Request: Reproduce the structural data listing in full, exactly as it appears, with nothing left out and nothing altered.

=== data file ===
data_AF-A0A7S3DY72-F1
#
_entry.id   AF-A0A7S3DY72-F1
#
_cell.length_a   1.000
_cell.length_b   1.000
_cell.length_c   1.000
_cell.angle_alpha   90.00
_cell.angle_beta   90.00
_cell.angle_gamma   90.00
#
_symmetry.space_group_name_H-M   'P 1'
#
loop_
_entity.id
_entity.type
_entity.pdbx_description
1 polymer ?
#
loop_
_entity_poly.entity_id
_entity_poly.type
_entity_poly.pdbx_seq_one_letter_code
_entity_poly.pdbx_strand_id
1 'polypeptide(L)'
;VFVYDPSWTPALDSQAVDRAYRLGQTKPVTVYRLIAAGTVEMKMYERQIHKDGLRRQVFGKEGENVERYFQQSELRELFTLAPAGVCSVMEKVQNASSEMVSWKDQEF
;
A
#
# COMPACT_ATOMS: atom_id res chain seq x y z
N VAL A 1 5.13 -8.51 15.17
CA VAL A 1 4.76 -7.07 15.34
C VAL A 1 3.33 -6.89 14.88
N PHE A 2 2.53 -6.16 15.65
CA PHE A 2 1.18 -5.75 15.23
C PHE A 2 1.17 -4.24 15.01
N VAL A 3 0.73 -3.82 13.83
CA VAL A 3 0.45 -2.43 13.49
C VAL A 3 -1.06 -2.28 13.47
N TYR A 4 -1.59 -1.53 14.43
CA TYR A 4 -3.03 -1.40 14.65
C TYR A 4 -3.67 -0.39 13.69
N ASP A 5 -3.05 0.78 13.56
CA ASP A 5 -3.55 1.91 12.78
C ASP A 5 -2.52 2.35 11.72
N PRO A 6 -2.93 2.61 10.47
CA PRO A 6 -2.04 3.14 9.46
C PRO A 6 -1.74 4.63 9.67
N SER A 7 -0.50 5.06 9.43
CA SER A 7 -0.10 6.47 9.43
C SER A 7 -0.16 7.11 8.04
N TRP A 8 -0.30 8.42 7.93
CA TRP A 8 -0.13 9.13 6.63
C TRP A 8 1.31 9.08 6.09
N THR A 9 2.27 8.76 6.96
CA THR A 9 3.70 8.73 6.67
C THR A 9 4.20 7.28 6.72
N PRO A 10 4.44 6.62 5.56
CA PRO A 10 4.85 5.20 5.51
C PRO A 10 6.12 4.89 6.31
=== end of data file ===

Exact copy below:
data_AF-A0A7S3DY72-F1
#
_entry.id   AF-A0A7S3DY72-F1
#
_cell.length_a   1.000
_cell.length_b   1.000
_cell.length_c   1.000
_cell.angle_alpha   90.00
_cell.angle_beta   90.00
_cell.angle_gamma   90.00
#
_symmetry.space_group_name_H-M   'P 1'
#
loop_
_entity.id
_entity.type
_entity.pdbx_description
1 polymer ?
#
loop_
_entity_poly.entity_id
_entity_poly.type
_entity_poly.pdbx_seq_one_letter_code
_entity_poly.pdbx_strand_id
1 'polypeptide(L)'
;VFVYDPSWTPALDSQAVDRAYRLGQTKPVTVYRLIAAGTVEMKMYERQIHKDGLRRQVFGKEGENVERYFQQSELRELFTLAPAGVCSVMEKVQNASSEMVSWKDQEF
;
A
#
# COMPACT_ATOMS: atom_id res chain seq x y z
N VAL A 1 5.13 -8.51 15.17
CA VAL A 1 4.76 -7.07 15.34
C VAL A 1 3.33 -6.89 14.88
N PHE A 2 2.53 -6.16 15.65
CA PHE A 2 1.18 -5.75 15.23
C PHE A 2 1.17 -4.24 15.01
N VAL A 3 0.73 -3.82 13.83
CA VAL A 3 0.45 -2.43 13.49
C VAL A 3 -1.06 -2.28 13.47
N TYR A 4 -1.59 -1.53 14.43
CA TYR A 4 -3.03 -1.40 14.65
C TYR A 4 -3.67 -0.39 13.69
N ASP A 5 -3.05 0.78 13.56
CA ASP A 5 -3.55 1.91 12.78
C ASP A 5 -2.52 2.35 11.72
N PRO A 6 -2.93 2.61 10.47
CA PRO A 6 -2.04 3.14 9.46
C PRO A 6 -1.74 4.63 9.67
N SER A 7 -0.50 5.06 9.43
CA SER A 7 -0.10 6.47 9.43
C SER A 7 -0.16 7.11 8.04
N TRP A 8 -0.30 8.42 7.93
CA TRP A 8 -0.13 9.13 6.63
C TRP A 8 1.31 9.08 6.09
N THR A 9 2.27 8.76 6.96
CA THR A 9 3.70 8.73 6.67
C THR A 9 4.20 7.28 6.72
N PRO A 10 4.44 6.62 5.56
CA PRO A 10 4.85 5.20 5.51
C PRO A 10 6.12 4.89 6.31